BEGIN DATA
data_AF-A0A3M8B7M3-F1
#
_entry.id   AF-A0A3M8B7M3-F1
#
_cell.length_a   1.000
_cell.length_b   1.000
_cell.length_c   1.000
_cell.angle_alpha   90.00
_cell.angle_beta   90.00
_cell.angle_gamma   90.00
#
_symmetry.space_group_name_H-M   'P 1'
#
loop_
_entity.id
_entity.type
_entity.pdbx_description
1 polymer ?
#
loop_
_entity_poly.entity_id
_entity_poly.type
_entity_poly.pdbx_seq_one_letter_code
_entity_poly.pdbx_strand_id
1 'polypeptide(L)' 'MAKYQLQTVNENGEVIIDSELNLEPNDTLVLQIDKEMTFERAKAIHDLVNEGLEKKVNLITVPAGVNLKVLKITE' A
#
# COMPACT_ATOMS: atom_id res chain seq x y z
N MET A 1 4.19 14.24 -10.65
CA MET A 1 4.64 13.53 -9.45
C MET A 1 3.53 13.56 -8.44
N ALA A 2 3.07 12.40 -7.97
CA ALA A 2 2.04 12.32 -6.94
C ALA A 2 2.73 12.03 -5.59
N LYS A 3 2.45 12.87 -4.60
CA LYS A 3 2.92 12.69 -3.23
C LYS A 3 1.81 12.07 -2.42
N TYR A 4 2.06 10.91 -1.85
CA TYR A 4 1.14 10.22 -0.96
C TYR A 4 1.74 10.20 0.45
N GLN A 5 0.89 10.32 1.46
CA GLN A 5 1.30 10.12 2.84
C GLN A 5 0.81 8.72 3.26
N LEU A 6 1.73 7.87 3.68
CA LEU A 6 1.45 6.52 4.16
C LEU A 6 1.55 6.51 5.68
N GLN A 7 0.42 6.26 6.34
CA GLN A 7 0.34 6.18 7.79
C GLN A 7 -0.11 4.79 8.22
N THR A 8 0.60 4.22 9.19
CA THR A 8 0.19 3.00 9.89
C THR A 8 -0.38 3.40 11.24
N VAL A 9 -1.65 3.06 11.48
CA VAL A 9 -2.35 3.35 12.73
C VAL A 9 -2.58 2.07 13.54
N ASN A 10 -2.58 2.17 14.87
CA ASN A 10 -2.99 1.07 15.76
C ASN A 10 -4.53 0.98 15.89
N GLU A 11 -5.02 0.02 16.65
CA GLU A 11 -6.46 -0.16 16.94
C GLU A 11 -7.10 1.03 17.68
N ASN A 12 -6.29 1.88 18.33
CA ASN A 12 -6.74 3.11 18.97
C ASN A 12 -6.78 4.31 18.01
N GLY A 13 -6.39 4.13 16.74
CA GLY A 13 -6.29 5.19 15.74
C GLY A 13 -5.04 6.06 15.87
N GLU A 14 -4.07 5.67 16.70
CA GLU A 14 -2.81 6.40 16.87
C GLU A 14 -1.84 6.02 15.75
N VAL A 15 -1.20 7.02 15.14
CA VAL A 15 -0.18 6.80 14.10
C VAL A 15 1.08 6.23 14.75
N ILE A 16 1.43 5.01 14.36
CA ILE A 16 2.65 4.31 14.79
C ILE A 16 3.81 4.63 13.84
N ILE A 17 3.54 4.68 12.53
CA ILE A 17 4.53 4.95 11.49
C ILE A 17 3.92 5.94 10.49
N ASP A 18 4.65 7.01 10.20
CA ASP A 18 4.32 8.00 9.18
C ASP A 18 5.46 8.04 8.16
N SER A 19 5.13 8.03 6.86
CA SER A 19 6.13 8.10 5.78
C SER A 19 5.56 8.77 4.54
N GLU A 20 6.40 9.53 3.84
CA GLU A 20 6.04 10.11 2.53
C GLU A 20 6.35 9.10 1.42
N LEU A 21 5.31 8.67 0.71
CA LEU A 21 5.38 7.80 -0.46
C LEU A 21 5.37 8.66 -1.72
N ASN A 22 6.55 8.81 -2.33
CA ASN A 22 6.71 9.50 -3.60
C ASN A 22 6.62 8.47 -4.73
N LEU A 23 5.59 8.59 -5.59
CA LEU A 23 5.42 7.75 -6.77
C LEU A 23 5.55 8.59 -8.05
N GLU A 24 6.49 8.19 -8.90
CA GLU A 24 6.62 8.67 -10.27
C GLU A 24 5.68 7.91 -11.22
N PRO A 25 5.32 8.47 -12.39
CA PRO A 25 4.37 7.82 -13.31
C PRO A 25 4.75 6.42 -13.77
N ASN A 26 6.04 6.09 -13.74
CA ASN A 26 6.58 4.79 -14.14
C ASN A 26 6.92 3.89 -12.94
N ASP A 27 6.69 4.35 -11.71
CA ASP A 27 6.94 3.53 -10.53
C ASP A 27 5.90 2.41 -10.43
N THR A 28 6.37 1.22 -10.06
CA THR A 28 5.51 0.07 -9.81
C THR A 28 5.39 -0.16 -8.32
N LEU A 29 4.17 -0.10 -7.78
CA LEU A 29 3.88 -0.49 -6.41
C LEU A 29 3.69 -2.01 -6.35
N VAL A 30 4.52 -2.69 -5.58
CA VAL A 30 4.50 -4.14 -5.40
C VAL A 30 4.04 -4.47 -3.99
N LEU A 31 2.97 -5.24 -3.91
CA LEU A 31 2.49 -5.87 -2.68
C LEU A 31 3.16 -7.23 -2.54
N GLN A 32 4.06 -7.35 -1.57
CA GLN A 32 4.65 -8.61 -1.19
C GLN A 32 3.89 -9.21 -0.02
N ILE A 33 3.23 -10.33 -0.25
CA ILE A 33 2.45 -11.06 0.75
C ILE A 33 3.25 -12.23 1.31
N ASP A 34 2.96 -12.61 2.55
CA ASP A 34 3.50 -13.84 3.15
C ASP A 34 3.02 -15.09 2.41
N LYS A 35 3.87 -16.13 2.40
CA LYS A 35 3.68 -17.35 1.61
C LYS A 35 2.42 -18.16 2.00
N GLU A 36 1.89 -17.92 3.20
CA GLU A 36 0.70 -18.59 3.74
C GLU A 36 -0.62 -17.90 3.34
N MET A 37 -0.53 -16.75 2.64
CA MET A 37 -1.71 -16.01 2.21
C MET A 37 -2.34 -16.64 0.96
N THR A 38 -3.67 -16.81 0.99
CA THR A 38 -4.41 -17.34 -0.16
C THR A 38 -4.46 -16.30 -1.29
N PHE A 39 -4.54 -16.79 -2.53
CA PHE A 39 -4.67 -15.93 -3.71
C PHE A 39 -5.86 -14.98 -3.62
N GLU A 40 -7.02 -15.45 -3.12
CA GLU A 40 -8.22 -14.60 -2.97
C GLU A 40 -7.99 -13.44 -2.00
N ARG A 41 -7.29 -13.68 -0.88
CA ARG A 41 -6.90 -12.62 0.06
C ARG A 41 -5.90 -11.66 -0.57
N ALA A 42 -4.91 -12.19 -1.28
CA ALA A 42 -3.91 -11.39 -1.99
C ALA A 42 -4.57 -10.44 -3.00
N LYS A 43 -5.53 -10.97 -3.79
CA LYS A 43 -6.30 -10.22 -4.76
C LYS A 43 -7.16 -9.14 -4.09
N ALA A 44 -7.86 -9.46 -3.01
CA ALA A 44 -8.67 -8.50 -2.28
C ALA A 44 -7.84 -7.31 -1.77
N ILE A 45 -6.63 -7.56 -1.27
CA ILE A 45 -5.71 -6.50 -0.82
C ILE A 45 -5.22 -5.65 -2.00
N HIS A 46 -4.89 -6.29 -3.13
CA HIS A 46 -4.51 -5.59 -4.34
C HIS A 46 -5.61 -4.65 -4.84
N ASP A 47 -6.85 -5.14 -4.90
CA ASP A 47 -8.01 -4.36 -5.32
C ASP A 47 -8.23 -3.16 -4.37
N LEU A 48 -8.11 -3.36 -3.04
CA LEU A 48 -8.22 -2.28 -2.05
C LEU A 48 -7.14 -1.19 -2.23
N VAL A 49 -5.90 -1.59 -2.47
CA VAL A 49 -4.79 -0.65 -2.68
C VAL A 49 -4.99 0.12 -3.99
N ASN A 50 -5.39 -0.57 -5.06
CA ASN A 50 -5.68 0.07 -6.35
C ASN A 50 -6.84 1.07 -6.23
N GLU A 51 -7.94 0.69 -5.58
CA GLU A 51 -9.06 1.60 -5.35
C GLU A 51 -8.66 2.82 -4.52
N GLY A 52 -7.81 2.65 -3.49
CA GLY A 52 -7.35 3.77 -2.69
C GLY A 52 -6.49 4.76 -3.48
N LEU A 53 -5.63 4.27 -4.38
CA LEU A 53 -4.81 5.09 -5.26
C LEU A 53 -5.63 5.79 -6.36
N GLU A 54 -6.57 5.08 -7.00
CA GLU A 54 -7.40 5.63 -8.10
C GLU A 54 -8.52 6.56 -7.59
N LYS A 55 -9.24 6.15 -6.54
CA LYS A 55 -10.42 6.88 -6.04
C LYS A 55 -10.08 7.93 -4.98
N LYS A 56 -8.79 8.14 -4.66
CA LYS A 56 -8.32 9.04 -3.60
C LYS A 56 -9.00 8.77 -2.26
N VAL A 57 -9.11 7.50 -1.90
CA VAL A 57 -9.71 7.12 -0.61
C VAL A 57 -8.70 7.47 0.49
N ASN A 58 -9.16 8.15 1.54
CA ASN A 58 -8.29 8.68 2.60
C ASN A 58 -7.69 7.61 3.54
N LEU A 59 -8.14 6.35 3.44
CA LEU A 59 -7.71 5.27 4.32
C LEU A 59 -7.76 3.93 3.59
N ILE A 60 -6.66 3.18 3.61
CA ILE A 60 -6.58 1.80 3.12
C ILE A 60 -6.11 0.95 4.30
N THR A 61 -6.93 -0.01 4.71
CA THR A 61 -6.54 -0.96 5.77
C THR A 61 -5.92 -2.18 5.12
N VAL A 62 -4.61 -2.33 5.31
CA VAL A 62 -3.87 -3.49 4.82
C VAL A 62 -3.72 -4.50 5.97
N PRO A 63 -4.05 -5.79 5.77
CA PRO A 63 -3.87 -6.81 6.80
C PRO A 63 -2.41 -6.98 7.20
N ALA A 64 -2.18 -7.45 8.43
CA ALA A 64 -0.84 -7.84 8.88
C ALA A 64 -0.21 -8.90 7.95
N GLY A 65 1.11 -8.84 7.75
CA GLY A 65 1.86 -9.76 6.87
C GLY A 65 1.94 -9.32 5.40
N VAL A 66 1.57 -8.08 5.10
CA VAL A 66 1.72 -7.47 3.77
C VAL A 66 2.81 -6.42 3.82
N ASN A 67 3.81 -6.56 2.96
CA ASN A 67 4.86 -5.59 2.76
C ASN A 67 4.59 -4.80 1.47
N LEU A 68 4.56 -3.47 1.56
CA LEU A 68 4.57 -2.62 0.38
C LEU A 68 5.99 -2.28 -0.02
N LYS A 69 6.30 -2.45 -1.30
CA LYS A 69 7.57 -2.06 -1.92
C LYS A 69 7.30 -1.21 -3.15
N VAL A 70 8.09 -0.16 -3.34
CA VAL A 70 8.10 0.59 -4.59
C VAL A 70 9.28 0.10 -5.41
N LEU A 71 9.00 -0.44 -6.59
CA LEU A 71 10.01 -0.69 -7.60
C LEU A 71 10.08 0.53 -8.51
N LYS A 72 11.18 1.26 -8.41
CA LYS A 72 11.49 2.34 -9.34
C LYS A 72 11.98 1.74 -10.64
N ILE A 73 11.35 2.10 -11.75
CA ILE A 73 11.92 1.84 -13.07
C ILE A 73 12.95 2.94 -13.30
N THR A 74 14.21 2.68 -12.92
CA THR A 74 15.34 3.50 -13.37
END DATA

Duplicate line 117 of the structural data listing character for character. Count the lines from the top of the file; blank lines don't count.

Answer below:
C VAL A 30 4.04 -4.47 -3.99